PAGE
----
Recent comments by Minister for Roads, Transport and Shipping Nitin Gadkari that the Government should not divest Air India’s profitable subsidiaries is the most recent example of government flip-flop with regard to the issue. Gadkari is a member of the Cabinet committee looking into the divestment; therefore, his comments contradict what the Government has been considering: selling the subsidiaries and using the funds to wipe out some of the over ₹50,000-crore debt of the airline. His comments, considering his position, will surely carry weight.

A lot can also be read into where the minister made the statement — in Nagpur which is well-known as the headquarters of the RSS. In July the RSS-affiliated Bharatiya Mazdoor Sangh had called upon all the airline’s associations and unions to unitedly oppose the privatisation move. These developments (even after giving Gadkari the benefit of the doubt as he represents Nagpur in the Lok Sabha and so may have chosen to make his comments there), do not bode well for the divestment of the Maharaja which after the Government’s initial in-principle decision to divest, does not seem to be making headway.

All we know is that an Air India-specific Alternative Mechanism headed by the finance minister has been set up. This is expected to guide the process on strategic disinvestment and decide on the treatment of Air India’s unsustainable debt. It also entails planning the sale of assets to a shell company, demerger and strategic disinvestment of three profit-making subsidiaries, the quantum of disinvestment and the universe of bidders. However, Gadkari’s comments only send the wrong signals that the Government is on the path of divesting the airline in the shortest possible time. While all this is muddying the waters, AI staffers are expected to put their best foot forward — even as there is no clarity on whether their jobs will be secure and for how long.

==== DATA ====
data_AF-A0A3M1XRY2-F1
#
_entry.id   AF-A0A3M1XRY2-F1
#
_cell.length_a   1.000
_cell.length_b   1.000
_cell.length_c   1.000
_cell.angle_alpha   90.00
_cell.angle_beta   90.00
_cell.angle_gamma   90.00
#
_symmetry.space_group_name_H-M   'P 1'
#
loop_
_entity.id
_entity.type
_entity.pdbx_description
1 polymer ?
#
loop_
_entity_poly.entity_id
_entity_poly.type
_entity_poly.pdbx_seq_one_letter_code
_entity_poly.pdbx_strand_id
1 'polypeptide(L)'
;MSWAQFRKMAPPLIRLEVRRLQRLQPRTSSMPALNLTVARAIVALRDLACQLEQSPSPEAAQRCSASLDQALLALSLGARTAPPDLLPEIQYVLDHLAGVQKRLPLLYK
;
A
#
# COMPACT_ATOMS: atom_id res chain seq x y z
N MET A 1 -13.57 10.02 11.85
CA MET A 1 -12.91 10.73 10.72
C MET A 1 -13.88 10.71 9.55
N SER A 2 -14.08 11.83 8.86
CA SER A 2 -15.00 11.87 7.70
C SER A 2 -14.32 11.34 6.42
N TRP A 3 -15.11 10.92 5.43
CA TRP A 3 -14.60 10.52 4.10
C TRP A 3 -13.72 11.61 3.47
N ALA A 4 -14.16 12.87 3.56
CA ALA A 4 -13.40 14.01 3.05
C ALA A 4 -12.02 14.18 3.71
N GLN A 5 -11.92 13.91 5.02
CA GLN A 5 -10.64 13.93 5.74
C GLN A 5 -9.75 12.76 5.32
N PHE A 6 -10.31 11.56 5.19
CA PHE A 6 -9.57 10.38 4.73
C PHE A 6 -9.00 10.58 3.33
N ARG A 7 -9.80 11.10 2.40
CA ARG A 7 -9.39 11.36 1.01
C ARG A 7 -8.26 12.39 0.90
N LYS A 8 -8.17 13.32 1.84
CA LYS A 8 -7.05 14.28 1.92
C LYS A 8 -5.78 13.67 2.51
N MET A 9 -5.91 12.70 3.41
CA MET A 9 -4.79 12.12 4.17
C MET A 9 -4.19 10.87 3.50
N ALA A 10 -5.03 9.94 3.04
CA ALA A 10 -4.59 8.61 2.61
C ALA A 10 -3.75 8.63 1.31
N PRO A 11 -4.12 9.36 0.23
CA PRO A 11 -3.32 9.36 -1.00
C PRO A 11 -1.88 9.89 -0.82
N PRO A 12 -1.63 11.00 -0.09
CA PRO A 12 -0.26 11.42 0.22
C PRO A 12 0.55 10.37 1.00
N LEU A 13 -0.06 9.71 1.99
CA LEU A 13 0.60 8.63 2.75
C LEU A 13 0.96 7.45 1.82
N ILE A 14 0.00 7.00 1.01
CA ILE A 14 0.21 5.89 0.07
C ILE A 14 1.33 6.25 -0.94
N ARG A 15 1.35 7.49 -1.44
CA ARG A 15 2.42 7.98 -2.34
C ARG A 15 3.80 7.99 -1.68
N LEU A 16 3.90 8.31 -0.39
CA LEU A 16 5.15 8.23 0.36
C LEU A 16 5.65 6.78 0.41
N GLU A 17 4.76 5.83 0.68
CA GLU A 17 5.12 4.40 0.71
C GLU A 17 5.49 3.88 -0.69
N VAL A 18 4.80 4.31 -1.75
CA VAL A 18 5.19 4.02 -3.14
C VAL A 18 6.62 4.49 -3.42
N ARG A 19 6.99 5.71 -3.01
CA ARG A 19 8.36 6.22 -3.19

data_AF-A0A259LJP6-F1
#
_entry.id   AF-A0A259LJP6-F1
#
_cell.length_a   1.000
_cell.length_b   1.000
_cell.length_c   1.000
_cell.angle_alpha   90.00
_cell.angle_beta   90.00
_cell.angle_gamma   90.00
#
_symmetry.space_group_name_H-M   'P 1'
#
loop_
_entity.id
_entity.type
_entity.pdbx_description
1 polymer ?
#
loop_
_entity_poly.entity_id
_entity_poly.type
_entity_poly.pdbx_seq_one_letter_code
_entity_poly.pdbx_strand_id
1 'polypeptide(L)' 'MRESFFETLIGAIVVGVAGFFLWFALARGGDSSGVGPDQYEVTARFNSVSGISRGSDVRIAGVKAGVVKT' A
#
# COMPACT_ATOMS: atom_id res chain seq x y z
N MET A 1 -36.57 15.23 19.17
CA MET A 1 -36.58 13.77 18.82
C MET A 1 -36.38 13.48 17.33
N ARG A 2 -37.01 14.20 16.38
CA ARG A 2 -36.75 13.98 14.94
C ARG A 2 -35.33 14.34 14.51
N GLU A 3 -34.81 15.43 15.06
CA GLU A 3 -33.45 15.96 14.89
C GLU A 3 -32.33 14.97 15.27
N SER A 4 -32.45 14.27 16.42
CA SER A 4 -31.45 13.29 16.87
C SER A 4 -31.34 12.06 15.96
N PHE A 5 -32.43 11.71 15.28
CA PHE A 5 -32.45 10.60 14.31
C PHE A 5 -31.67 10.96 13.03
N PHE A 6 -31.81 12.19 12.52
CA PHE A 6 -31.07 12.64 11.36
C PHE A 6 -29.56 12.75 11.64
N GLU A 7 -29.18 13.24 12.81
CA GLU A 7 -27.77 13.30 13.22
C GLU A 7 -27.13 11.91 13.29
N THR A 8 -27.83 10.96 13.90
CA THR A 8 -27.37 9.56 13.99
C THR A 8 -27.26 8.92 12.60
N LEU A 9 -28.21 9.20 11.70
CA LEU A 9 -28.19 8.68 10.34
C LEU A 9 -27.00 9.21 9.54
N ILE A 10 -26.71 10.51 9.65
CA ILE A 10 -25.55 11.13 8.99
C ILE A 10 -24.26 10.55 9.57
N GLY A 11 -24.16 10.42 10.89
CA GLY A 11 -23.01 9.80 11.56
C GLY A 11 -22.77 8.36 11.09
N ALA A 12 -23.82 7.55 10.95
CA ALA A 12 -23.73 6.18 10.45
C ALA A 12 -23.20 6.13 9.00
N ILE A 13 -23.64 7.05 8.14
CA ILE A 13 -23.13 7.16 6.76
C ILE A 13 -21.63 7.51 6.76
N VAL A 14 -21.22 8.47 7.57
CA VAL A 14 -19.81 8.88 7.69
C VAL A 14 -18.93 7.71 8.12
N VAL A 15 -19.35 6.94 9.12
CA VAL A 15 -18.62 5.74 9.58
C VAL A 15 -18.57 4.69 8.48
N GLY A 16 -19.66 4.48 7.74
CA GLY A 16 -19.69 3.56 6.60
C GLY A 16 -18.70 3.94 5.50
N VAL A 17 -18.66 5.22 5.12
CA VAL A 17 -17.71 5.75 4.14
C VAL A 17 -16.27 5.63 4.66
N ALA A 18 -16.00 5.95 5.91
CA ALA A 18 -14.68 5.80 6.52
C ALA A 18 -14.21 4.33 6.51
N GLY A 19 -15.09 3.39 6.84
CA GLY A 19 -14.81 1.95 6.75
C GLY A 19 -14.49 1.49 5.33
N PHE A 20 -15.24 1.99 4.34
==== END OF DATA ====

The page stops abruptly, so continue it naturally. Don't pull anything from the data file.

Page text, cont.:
Senior Deputy Editor